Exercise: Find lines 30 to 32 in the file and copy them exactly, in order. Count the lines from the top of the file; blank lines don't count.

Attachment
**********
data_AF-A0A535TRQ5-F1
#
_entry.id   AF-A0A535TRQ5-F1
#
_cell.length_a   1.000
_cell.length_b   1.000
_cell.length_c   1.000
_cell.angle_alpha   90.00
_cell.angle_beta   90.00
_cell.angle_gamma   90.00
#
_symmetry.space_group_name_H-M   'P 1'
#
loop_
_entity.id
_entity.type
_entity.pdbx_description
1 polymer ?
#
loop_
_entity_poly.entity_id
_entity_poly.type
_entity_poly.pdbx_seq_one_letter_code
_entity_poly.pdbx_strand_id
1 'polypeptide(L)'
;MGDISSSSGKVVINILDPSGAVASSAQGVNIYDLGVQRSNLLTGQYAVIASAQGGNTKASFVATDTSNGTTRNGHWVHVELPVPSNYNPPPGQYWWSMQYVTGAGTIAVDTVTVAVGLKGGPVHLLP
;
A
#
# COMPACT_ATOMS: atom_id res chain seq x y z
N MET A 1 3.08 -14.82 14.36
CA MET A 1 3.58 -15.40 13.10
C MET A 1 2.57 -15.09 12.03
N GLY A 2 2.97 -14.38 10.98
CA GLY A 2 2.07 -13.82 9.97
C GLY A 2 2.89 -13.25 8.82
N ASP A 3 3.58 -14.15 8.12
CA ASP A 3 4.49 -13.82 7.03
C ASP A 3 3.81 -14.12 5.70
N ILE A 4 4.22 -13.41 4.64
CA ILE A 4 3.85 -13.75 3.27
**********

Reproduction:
# COMPACT_ATOMS: atom_id res chain seq x y z
N MET A 1 3.08 -14.82 14.36
CA MET A 1 3.58 -15.40 13.10